tubule of the kidney, where it stimulates
exchange of sodium and potassium.
• Three primary physiologic effects of aldosterone
- Increased resorption of sodium: sodium loss in
urine is decreased under aldosterone stimulation.
- Increased resorption of water, with consequent
expansion of extracellular fluid volume. This is an
osmotic effect directly related to increased
resorption of sodium.
• Increased renal excretion of potassium. 14
Control of Aldosterone Secretion
• Control over aldosterone secretion is multifactorial.
• The two most significant regulators of aldosterone secretion
- Concentration of potassium ions in extracellular fluid: Small
increases in blood levels of potassium strongly stimulate
- Angiotensin II: Activation of the renin-angiotensin system as a
result of decreased renal blood flow (usually due to decreased
vascular volume) results in release of angiotensin II, which
stimulates aldosterone secretion.
• Other factors which stimulate aldosterone secretion include
- adrenocorticotropic hormone (short-term stimulation only)
- sodium deficiency.
• Factors which suppress aldosterone secretion include
- atrial naturetic hormone
- high sodium concentration
- potassium deficiency. 15
• A deficiency in aldosterone can occur by
• More commonly, in conjunction with a
glucocorticoid deficiency (known as
• Without treatment by mineralocorticoid
replacement therapy, a lack of aldosterone is
lethal - due to:
- electrolyte imbalances
- hypotension and cardiac failure
Adrenocortical insufficiency usually as the result of
idiopathic atrophy or destruction of both adrenal glands
by tuberculosis, an autoimmune process, or other
diseases; characterized by decreased serum
electrolytes and cortisol , fatigue, decreased blood
pressure, weight loss, increased melanin pigmentation of
the skin and mucous membranes, anorexia, and nausea
or vomiting; without appropriate replacement therapy, it
can progress to acute adrenocortical insufficiency.
Glucocorticoids (cortisol )
• Failure to produce glucocorticoids is not acutely
• Loss or profound diminishment of glucocorticoid
secretion leads to a state of
- deranged metabolism
- inability to deal with stressors
- if untreated, is fatal.
• In addition glucocorticoids frequently used
- prescribed for their anti-inflammatory and
- immunosuppressive properties. 18
Physiologic Effects of Glucocorticoids
• No cells that lack glucocorticoid receptors
• These steroid hormones have a huge
number of effects on physiologic systems.
• Best known and studied effects of
glucocorticoids are on carbohydrate
metabolism and immune function
Effects on Metabolism
• Glucose metabolism (hence the name glucocorticoid).
• In the fasted state, cortisol stimulates several
processes that collectively serve to increase and
maintain normal concentrations of glucose in blood.
These effects include:
• Stimulation of gluconeogenesis, particularly in the liver:
This pathway results in the synthesis of glucose from
non-hexose substrates such as amino acids and lipids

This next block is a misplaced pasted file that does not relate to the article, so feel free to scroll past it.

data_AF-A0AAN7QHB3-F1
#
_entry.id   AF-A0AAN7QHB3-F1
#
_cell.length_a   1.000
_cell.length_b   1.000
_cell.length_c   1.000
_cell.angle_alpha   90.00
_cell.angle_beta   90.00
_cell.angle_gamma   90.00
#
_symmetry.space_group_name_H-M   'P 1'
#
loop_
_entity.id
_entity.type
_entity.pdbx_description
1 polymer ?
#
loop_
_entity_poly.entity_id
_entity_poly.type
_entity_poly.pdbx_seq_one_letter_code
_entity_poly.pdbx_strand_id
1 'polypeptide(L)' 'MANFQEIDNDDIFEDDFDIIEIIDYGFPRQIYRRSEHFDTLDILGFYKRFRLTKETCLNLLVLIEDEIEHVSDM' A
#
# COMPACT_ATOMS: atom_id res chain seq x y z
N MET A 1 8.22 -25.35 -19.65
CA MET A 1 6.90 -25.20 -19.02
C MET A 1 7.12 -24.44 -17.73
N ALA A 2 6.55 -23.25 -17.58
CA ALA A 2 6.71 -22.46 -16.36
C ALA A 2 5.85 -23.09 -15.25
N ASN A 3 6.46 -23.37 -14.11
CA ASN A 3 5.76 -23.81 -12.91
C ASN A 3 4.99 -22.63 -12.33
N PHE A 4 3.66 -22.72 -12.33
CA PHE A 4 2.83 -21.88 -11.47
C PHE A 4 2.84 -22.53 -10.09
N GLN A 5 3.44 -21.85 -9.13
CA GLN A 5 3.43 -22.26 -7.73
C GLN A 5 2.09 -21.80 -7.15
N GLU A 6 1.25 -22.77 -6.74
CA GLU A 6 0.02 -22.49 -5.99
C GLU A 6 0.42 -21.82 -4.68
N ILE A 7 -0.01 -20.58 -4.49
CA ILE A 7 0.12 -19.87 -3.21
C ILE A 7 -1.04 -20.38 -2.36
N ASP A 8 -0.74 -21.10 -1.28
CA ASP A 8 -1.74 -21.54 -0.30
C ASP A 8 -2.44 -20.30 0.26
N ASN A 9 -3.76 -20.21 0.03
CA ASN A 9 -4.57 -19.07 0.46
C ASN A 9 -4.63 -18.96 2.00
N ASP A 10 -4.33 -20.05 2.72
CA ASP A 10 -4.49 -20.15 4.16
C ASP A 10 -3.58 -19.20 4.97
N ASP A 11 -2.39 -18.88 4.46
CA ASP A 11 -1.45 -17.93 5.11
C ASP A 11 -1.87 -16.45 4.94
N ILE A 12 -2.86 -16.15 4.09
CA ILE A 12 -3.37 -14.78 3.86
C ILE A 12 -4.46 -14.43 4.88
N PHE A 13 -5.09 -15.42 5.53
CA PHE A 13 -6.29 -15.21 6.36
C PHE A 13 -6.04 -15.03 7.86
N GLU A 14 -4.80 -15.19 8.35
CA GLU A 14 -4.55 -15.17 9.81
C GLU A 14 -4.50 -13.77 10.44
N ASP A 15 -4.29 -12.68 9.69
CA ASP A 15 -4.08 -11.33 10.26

• Mobilization of amino acids from extrahepatic tissues:
These serve as substrates for gluconeogenesis.
• Inhibition of glucose uptake in muscle and adipose
tissue: A mechanism to conserve glucose.
• Stimulation of fat breakdown in adipose tissue: The
fatty acids released by lipolysis are used for production
of energy in tissues like muscle, and the released
glycerol provide another substrate for gluconeogenesis.
Effects on Inflammation and Immune Function
• Glucocorticoids have potent anti-
inflammatory and immunosuppressive
• This is particularly evident when they
administered at pharmacologic doses
• Glucocorticoids are widely used as drugs to
treat inflammatory conditions such as
arthritis or dermatitis
• Glucocorticoids are used as adjunction
therapy for conditions such as autoimmune
Other Effects of Glucocorticoids
• Glucocorticoids have multiple effects on fetal
- role in promoting maturation of the lung and
production of the surfactant necessary for
extrauterine lung function. .
• Several aspects of cognitive function are known to
both stimulate glucocorticoid secretion and be
influenced by glucocorticoids.
• Excessive glucocorticoid levels may cause:
- inhibition of bone formation
- suppression of calcium absorption
- and delayed wound healing.
• These observations suggest a multitide of less
dramatic physiologic roles for glucocorticoids
Cortisol Disease States
• Hyperadrenocorticism or Cushings disease. The most
prevalent disorder involving glucocorticoids in man
• Excessive levels of glucocorticoids are seen in two
- Excessive endogenous production of cortisol (can result
from a primary adrenal defect (ACTH-independent) or from
excessive secretion of ACTH (ACTH-dependent).
- Administration of glucocorticoids for theraputic purposes (
common side-effect of these widely-used drugs).
• Cushing's disease has widespread effects on
- metabolism and
- organ function,
• Clinical manifestations accompany this disorder
- Hypertension, obesity, muscle wasting, thin skin, metabolic
aberrations such as diabetes